This is a Two-Echelon Vehicle Routing Problem. Here is a recent review of the literature on this problem:

• "Two-Echelon Vehicle Routing Problems: A Literature Review" (Sluijk et al., 2022) DOI
• Thanks for the reference, this helps. However, if my understand is correct, in the Two-Echelon VRP, the satellites/parking spots/first echelon nodes are known in advance. Am I wrong ? Mar 3, 2022 at 14:04
• The possible satellites are given as input, but I don't think that there is a constraint that imposes to visit them all Mar 3, 2022 at 14:12
• I think that without this constraint, the problem becomes the LRP-2E mentioned by @Penghui Guo. Mar 3, 2022 at 14:24
• It depends on whether or not there is a fixed cost on using a satellite Mar 3, 2022 at 14:40

You can actually get good results by dealing with it relatively simply. We support what we call 'park-and-loop vehicle routing' in our commercial route optimiser engine ODL Live. Currently we just use a limit on number of stops in the walking loop rather than a capacity, but it's pretty much the same problem. Crucially, we get good results by using just a simple deterministic rule at each stop, where (a) if you're not already parked, the rule makes the choice whether to walk or drive to the next stop, and (b) if you are already parked, the rule makes the choice whether to continue walking to the next stop, or to return to the parking spot and drive to the next stop.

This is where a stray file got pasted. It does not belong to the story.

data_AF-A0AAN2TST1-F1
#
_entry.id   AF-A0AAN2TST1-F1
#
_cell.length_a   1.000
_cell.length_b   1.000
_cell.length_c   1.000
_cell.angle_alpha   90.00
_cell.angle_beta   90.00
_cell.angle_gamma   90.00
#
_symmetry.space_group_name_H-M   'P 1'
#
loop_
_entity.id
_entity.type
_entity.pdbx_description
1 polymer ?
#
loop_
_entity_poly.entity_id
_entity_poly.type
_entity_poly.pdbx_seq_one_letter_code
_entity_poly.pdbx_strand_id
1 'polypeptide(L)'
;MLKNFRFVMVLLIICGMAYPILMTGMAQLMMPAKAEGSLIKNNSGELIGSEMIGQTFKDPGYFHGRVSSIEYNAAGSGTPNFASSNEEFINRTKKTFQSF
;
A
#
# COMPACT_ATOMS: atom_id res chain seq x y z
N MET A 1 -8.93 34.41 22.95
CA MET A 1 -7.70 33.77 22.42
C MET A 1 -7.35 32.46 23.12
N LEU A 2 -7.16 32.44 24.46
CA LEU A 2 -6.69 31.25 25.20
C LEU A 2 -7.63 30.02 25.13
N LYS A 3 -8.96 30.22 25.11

Using a simple rule has the advantage that you effectively transform the problem into a standard VRP, because whether to walk or not is no longer a decision variable. So many of the standard search heuristics used on VRPs can still be used on this problem without modification.

Presumably there's situations where using a simple rule will create sub-optimal solutions compared to solving it properly as say a two-echelon location routing problem. However from a practical point-of-view this scheme appears to work well, it's relatively simple to implement if you have a heuristic-based solver (probably less so for a MIP-based solver) and presumably it requires less computational resources to optimise compared to a two-echelon problem formulation.

The following image shows some experiments from one of our test cases, where time for parking the vehicle is also considered. The walking loops get bigger as vehicle parking time increases because its more efficient to do larger walking loops and therefore park the vehicle less often. • Interesting ! What is the deterministic rule that you use ? Based on the distance ? And so you compute this rule for every possible edge of the complete graph before hand ? Mar 5, 2022 at 10:56
• It's travel time based including the time to move the car and park at a new location, and also subject to the number of stops limit in a loop. It can't be precomputed, because when you're parked it's a function of (1) current parked location, (2) current location and (3) next location, which is too big to precompute and fit in memory for realistic sized problems. Mar 6, 2022 at 22:27